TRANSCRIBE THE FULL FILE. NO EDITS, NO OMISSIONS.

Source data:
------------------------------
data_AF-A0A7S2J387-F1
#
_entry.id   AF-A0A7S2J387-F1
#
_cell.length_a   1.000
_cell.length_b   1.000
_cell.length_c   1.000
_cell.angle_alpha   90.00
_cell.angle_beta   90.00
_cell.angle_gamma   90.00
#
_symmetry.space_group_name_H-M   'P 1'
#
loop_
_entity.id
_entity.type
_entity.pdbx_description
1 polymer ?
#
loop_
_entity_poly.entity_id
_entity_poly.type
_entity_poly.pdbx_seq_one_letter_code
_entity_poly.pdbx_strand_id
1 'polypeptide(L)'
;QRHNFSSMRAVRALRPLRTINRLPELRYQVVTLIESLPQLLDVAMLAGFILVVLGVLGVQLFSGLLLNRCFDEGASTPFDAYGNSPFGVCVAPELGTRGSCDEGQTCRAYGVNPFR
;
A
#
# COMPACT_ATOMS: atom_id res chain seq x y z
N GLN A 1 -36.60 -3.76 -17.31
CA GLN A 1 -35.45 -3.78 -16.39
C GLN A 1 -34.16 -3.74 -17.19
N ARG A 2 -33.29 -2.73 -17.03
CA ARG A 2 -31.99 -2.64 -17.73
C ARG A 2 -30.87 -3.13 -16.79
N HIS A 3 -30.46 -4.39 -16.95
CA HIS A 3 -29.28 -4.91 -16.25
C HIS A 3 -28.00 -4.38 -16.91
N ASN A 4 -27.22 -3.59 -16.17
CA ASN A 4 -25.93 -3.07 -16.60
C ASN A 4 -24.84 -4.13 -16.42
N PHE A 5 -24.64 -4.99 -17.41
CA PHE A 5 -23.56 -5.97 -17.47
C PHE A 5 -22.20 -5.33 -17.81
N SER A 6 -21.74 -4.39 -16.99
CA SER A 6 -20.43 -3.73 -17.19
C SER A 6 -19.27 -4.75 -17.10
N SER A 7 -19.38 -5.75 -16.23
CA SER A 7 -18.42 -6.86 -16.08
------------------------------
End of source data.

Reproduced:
data_AF-A0A7S2J387-F1
#
_entry.id   AF-A0A7S2J387-F1
#
_cell.length_a   1.000
_cell.length_b   1.000
_cell.length_c   1.000
_cell.angle_alpha   90.00
_cell.angle_beta   90.00
_cell.angle_gamma   90.00
#
_symmetry.space_group_name_H-M   'P 1'
#
loop_
_entity.id
_entity.type
_entity.pdbx_description
1 polymer ?
#
loop_
_entity_poly.entity_id
_entity_poly.type
_entity_poly.pdbx_seq_one_letter_code
_entity_poly.pdbx_strand_id
1 'polypeptide(L)'
;QRHNFSSMRAVRALRPLRTINRLPELRYQVVTLIESLPQLLDVAMLAGFILVVLGVLGVQLFSGLLLNRCFDEGASTPFDAYGNSPFGVCVAPELGTRGSCDEGQTCRAYGVNPFR
;
A
#
# COMPACT_ATOMS: atom_id res chain seq x y z
N GLN A 1 -36.60 -3.76 -17.31
CA GLN A 1 -35.45 -3.78 -16.39
C GLN A 1 -34.16 -3.74 -17.19
N ARG A 2 -33.29 -2.73 -17.03
CA ARG A 2 -31.99 -2.64 -17.73
C ARG A 2 -30.87 -3.13 -16.79
N HIS A 3 -30.46 -4.39 -16.95
CA HIS A 3 -29.28 -4.91 -16.25
C HIS A 3 -28.00 -4.38 -16.91
N ASN A 4 -27.22 -3.59 -16.17
CA ASN A 4 -25.93 -3.07 -16.60
C ASN A 4 -24.84 -4.13 -16.42
N PHE A 5 -24.64 -4.99 -17.41
CA PHE A 5 -23.56 -5.97 -17.47
C PHE A 5 -22.20 -5.33 -17.81
N SER A 6 -21.74 -4.39 -16.99
CA SER A 6 -20.43 -3.73 -17.19
C SER A 6 -19.27 -4.75 -17.10
N SER A 7 -19.38 -5.75 -16.23
CA SER A 7 -18.42 -6.86 -16.08